The Importance of Knowing Confusing Words

There are lots of confusing words in the English language. These are words which sound the same but spelt differently. Knowledge of these and other grammar rules is so important in IELTS listening and writing tests.

Some of these words are:

practise (verb) / practice(noun)


I practise a lot for the competition.

I need more practices to win.

Practise in the first sentence is used as a verb and therefore, the verb form must be used.

In the second sentence, practice is used as a direct object. As a test, try to ask using the verb in the question followed by interrogative pronoun WHAT. In sentence 2, it would be "need what?. The answer to the question should either be a noun or pronoun in the objective case (me, you, them, her, him, us). Thus, practice is the right word not the other.

advise (verb) / advice (noun)


My friend advised me to take the test next month. (verb of the sentence)

His advice was well taken. (subject of the sentence)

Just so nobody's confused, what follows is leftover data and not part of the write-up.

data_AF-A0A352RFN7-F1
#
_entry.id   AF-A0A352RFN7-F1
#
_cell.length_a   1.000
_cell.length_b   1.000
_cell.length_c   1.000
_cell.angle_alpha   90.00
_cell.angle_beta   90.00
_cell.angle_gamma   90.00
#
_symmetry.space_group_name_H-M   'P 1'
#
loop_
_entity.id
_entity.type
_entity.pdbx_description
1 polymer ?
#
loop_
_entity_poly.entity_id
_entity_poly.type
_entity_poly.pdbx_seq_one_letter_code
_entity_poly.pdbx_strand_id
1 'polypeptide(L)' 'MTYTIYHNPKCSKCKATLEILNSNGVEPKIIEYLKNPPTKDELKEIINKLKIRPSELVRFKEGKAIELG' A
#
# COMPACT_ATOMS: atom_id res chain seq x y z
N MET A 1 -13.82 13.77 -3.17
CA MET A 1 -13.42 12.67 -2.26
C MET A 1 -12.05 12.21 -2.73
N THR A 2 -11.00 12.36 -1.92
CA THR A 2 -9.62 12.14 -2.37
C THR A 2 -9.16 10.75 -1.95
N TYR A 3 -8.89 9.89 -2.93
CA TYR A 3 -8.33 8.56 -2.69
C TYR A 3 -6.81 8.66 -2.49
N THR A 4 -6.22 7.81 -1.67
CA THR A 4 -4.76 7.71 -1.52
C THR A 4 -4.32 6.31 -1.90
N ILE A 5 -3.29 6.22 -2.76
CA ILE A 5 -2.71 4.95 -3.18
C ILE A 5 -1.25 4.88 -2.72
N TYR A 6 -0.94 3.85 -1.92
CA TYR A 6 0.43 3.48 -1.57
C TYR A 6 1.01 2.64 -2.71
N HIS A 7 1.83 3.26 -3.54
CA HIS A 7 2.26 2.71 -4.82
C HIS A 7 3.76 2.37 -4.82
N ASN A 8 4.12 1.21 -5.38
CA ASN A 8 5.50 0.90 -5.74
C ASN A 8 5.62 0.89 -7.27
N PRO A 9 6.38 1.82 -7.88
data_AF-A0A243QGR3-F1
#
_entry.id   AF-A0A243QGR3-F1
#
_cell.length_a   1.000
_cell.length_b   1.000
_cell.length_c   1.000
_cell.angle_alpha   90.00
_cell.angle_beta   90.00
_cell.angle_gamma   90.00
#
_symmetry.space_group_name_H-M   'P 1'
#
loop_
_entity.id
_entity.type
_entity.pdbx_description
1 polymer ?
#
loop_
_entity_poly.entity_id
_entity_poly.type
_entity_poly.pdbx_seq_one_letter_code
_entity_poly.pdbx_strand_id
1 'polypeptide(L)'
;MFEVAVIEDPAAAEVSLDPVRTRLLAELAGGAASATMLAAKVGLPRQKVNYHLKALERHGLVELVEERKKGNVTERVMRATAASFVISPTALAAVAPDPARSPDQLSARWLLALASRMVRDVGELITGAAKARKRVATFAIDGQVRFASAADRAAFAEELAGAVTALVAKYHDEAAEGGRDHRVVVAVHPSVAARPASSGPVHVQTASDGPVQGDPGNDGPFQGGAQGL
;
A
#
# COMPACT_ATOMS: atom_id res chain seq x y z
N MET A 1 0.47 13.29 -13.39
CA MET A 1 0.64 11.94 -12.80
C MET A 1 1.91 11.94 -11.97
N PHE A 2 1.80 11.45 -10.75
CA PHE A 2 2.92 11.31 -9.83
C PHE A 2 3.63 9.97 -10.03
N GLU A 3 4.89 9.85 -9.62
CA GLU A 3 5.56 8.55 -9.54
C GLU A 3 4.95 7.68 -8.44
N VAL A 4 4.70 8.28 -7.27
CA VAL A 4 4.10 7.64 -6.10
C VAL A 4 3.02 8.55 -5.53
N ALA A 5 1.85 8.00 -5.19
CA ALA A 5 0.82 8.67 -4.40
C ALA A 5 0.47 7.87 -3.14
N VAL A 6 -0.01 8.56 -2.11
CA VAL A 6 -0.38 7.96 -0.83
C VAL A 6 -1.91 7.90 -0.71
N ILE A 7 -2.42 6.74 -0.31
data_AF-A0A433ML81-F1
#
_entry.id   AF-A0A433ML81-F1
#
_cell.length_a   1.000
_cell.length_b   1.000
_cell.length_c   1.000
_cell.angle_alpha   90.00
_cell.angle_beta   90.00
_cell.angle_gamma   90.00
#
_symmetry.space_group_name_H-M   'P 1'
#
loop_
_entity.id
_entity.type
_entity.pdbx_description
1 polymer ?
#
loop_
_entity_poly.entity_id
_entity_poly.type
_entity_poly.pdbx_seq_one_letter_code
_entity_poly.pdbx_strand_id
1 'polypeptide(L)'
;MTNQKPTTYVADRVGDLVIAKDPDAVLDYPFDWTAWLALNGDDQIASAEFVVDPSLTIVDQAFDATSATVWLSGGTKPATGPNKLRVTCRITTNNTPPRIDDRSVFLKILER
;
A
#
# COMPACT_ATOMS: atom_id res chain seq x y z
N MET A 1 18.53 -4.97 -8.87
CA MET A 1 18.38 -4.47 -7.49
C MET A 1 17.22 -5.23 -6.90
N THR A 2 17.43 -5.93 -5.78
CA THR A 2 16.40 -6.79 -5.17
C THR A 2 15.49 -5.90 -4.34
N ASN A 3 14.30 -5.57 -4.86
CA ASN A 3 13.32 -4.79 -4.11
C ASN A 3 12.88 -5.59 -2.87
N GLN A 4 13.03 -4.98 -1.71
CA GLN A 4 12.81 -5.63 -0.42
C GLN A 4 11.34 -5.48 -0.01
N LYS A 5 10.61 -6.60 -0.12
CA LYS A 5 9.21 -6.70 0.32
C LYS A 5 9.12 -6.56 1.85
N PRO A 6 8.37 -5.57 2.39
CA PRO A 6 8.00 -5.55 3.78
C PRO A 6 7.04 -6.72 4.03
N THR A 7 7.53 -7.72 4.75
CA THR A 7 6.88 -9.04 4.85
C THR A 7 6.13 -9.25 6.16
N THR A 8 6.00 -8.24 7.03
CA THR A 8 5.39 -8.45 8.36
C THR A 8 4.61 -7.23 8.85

So what is the significance of knowing these kind of words? Imagine in listening test, you heard the words advice, practice or other confusing words. But if any of these words was used in context as a verb and you wrote the noun form instead, then your answer is wrong.

It really helps to try to familiarize yourself with these confusing words and their usage.

Other examples

where: (v) is for verb, (n) is for noun,(adj.) for adjective and (adv.) for adverb

device (n) - a tool or gadget for a specific use; devise (v)- to create; plan

brake (n)- something used for stopping or slowing down; break (n)- to separate or disintegrate; to give opportunity

cite (v)- to mention or give credit; Site (n)- a location or a spot; sight(n)- vision

here (adv) - at this time in a place; hear (v)- to listen to or perceive sound.

hoard (v)- to amass or to accumulate; horde (n)- a flock, a group, or a multitude

hole (n)- an opening, gap or puncture; whole(adj) - complete, entire or full

stationary (adj.) - not moving, at a stop; stationery (n)- a type of paper for writing

waist (n)- body part; waste (n)- garbage

weak (adj)- not strong; week (n)- a period of time

Please note though that the specific usage (noun, verb etc.) given in each word is based on the definition. There are noun forms which become verbs or vice versa depending on how they are used in a sentence.


In the above words, the word waste is mentioned as a noun. However, it can also be a verb.

Verb: He wastes a lot of time by doing nothing.

noun: He works for a company that collects household wastes.

More of these words.

Lose, Loss, Loose

add insult

Avoid silly mistakes! Avoid penalty points!

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